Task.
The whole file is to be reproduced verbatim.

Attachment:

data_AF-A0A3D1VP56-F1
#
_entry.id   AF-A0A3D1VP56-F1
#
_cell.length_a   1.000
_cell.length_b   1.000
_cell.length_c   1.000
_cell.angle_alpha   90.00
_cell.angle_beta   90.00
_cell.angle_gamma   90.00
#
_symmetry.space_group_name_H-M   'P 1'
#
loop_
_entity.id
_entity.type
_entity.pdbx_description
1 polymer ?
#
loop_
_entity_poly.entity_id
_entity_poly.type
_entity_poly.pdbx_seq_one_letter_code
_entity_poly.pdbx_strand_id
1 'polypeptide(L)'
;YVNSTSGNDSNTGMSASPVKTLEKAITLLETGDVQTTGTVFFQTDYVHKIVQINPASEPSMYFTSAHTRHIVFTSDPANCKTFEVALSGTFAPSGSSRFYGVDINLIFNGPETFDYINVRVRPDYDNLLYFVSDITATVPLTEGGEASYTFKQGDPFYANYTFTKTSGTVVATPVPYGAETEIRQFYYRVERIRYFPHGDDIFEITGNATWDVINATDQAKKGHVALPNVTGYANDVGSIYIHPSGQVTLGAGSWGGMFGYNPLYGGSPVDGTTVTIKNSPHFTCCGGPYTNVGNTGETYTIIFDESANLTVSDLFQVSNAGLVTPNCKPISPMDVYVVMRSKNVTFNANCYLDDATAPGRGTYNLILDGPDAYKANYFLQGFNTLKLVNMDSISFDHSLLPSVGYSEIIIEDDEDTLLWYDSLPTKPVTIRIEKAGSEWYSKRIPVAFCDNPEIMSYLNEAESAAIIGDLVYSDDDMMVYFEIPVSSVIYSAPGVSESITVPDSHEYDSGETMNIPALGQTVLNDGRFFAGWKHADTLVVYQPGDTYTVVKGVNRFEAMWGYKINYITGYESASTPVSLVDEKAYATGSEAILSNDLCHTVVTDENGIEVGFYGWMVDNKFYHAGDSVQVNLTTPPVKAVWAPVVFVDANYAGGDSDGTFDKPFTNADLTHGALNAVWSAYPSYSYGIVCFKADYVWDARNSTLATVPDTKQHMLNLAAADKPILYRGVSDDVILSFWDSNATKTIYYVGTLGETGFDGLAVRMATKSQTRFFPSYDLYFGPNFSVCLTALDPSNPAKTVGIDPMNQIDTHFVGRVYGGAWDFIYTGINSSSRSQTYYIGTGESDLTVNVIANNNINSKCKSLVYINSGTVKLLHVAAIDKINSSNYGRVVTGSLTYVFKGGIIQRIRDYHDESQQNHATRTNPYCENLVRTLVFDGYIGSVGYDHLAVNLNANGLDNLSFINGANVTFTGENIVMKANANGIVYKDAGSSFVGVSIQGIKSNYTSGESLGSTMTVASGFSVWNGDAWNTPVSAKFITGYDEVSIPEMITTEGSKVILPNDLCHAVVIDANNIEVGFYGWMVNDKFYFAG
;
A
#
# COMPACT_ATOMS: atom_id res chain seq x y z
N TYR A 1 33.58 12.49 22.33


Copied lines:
data_AF-A0A3D1VP56-F1
#
_entry.id   AF-A0A3D1VP56-F1
#
_cell.length_a   1.000
_cell.length_b   1.000
_cell.length_c   1.000
_cell.angle_alpha   90.00
_cell.angle_beta   90.00
_cell.angle_gamma   90.00
#
_symmetry.space_group_name_H-M   'P 1'
#
loop_
_entity.id
_entity.type
_entity.pdbx_description
1 polymer ?
#
loop_
_entity_poly.entity_id
_entity_poly.type
_entity_poly.pdbx_seq_one_letter_code
_entity_poly.pdbx_strand_id
1 'polypeptide(L)'
;YVNSTSGNDSNTGMSASPVKTLEKAITLLETGDVQTTGTVFFQTDYVHKIVQINPASEPSMYFTSAHTRHIVFTSDPANCKTFEVALSGTFAPSGSSRFYGVDINLIFNGPETFDYINVRVRPDYDNLLYFVSDITATVPLTEGGEASYTFKQGDPFYANYTFTKTSGTVVATPVPYGAETEIRQFYYRVERIRYFPHGDDIFEITGNATWDVINATDQAKKGHVALPNVTGYANDVGSIYIHPSGQVTLGAGSWGGMFGYNPLYGGSPVDGTTVTIKNSPHFTCCGGPYTNVGNTGETYTIIFDESANLTVSDLFQVSNAGLVTPNCKPISPMDVYVVMRSKNVTFNANCYLDDATAPGRGTYNLILDGPDAYKANYFLQGFNTLKLVNMDSISFDHSLLPSVGYSEIIIEDDEDTLLWYDSLPTKPVTIRIEKAGSEWYSKRIPVAFCDNPEIMSYLNEAESAAIIGDLVYSDDDMMVYFEIPVSSVIYSAPGVSESITVPDSHEYDSGETMNIPALGQTVLNDGRFFAGWKHADTLVVYQPGDTYTVVKGVNRFEAMWGYKINYITGYESASTPVSLVDEKAYATGSEAILSNDLCHTVVTDENGIEVGFYGWMVDNKFYHAGDSVQVNLTTPPVKAVWAPVVFVDANYAGGDSDGTFDKPFTNADLTHGALNAVWSAYPSYSYGIVCFKADYVWDARNSTLATVPDTKQHMLNLAAADKPILYRGVSDDVILSFWDSNATKTIYYVGTLGETGFDGLAVRMATKSQTRFFPSYDLYFGPNFSVCLTALDPSNPAKTVGIDPMNQIDTHFVGRVYGGAWDFIYTGINSSSRSQTYYIGTGESDLTVNVIANNNINSKCKSLVYINSGTVKLLHVAAIDKINSSNYGRVVTGSLTYVFKGGIIQRIRDYHDESQQNHATRTNPYCENLVRTLVFDGYIGSVGYDHLAVNLNANGLDNLSFINGANVTFTGENIVMKANANGIVYKDAGSSFVGVSIQGIKSNYTSGESLGSTMTVASGFSVWNGDAWNTPVSAKFITGYDEVSIPEMITTEGSKVILPNDLCHAVVIDANNIEVGFYGWMVNDKFYFAG
;
A
#
# COMPACT_ATOMS: atom_id res chain seq x y z
N TYR A 1 33.58 12.49 22.33